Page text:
of higher test scores. [6] However, current research supports this finding. A recent study [11] has

4
Regression Summary for Model B
Normalized coefficient
Predictor t value Pr(> |t|)
estimate ± std. error
(Intercept) 21.19 ± 6.49 3.26 0.00115
log(% English Learners + 1) −31.99 ± 2.45 −13.05 < 2 × 10−16
% Free Meals −10.74 ± 2.09 −5.14 3.20 × 10−7
Average Teacher Salary 29.10 ± 6.04 −4.82 1.64 × 10−6
Pupils Per Teacher 13.03 ± 4.36 2.99 0.00285
School Enrollment 3.71 ± 2.34 1.59 0.112
Median Household Value 9.97 ± 2.33 4.27 2.09 × 10−5
Attendance 30.27 ± 5.79 5.23 2.03 × 10−7
% Teachers < 2 Years 4.06 ± 3.11 1.31 0.191
Year Round −3.93 ± 1.77 −2.22 0.0268
Largest Ethnic Group Indicators
African American −17.46 ± 2.82 −6.19 8.73 × 10−10
American Indian −25.69 ± 8.06 −3.19 0.00148
Asian 9.62 ± 1.66 5.81 8.37 × 10−9
Filipino −1.26 ± 5.70 −0.222 0.824
Hispanic −6.78 ± 1.08 −6.29 4.57 × 10−10
Charter Interaction Terms
Charter:African American −5.84 ± 4.14 −1.41 0.158
Charter:Hispanic −2.59 ± 1.33 −1.95 0.0520
Charter:White 0.0950 ± 2.15 0.044 0.965

Value
R2 0.6172
Adjusted R2 0.6111
RMSE 11.10
Mean of Response 54.45
Observations 1094

Table 3: Model to predict API after consulting literature

shown that class sizes are not nearly as important as teacher quality. Indeed, if one accepts
Average Teacher Salary as an indication of teacher quality, one sees that higher quality, i.e.
higher salaried, teachers are generally in schools with higher student-to-teacher ratios and en-
rollment (the correlation of Pupils Per Teacher and School Enrollment with Average Teacher
Salary is R = 0.28 and R = 0.40, respectively).
Another shocking finding is that new teachers are more effective, indicated by the positive
coefficient for % Teachers < 2 years, which goes against conventional wisdom. This predictor is
on the borderline of statistical significance. The research on this issue varies with some researchers

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Figure 1: Diagnostic plots for Model B

finding that teacher experience has a positive impact, [3] whereas others do not. [10] One reason that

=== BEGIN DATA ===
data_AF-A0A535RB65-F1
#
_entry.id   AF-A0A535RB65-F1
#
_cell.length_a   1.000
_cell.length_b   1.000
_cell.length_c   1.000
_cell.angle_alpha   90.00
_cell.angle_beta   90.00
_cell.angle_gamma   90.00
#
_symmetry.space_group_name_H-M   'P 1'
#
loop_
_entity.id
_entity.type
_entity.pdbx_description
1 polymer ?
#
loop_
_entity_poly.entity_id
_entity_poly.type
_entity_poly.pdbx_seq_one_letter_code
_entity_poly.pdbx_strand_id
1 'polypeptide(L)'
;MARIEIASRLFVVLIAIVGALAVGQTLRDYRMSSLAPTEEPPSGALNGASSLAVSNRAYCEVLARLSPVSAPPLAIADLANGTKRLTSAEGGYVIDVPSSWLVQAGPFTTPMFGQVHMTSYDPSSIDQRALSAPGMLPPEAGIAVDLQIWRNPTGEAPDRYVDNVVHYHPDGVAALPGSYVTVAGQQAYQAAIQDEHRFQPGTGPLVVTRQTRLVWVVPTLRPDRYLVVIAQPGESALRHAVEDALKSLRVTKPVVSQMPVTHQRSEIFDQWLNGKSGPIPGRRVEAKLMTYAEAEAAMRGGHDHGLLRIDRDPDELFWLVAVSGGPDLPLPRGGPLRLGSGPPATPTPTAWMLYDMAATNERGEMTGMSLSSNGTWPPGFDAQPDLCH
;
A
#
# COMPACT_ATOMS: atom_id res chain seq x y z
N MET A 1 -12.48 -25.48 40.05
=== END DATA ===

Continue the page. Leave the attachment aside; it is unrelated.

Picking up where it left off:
the correlation may be positive is that teachers with a recent educational experience (e.g. freshly
minted teachers out of college) have a positive impact on their students. [9] However, this positive
coefficient may be a result of multicollinearity since we see that the correlation between API and %
Teachers < 2 years is negative in the correlation matrix in Figure 4.
Two often discussed school reforms are year-round schooling and charter schools. Year Round
is statistically significant and appears to worsen test scores. Most research, however, points to the
contrary. [8] One possible explanation for this deleterious effect is that year-round schooling is
experimental and often done with high-risk students. However, I found no correlation between
Year Round and poverty indicators like % Free Meals or Median Household Value.
On the other hand, schools with charter status appear to do worst or no better than normal
public schools. In the case of African Americans, if one looks at schools with a African Americans,
charter schools perform better (Figure 2). However, this difference is not statistically-significant
(p-value of 0.25). This may be a function of low sample size, though, since only 32 schools with
African Americans as the largest ethnic group were in the data set. The statistically significant
negative impact of charter schools on Hispanics is disconcerting, but the effect is small.

6
Charter Schools for African Americans

70
6050
API
40 30
20

N Y
Charter Status
Figure 2: Box plots comparing the percent proficient in African-American-dominated schools de-
pending on charter status

Discussion
We have built a model in order to find what characteristics in a school and surrounding neigh-
borhood are correlated with higher test scores. Our study confirms what many past studies have
shown: the primary driver of high test scores in schools is socioeconomic status, namely race and
wealth. Unfortunately, altering these factors is often politically infeasible, requiring complicated
busing schemes or the passing of laws that extend beyond the realm of education into areas such as
housing policy and wealth redistribution. However, some areas like Wake County have pursued
the goal of socioeconomic integration with successful results.
Correlation does not imply causation, so our model does not offer any kind of solution to the
problem of low-achieving schools. However, it does suggest some follow-up studies on the effects
teacher salaries, school size, charter schools, and year-round schooling.
Of the statistically significant predictors, perhaps teacher salary is the most adjustable. In-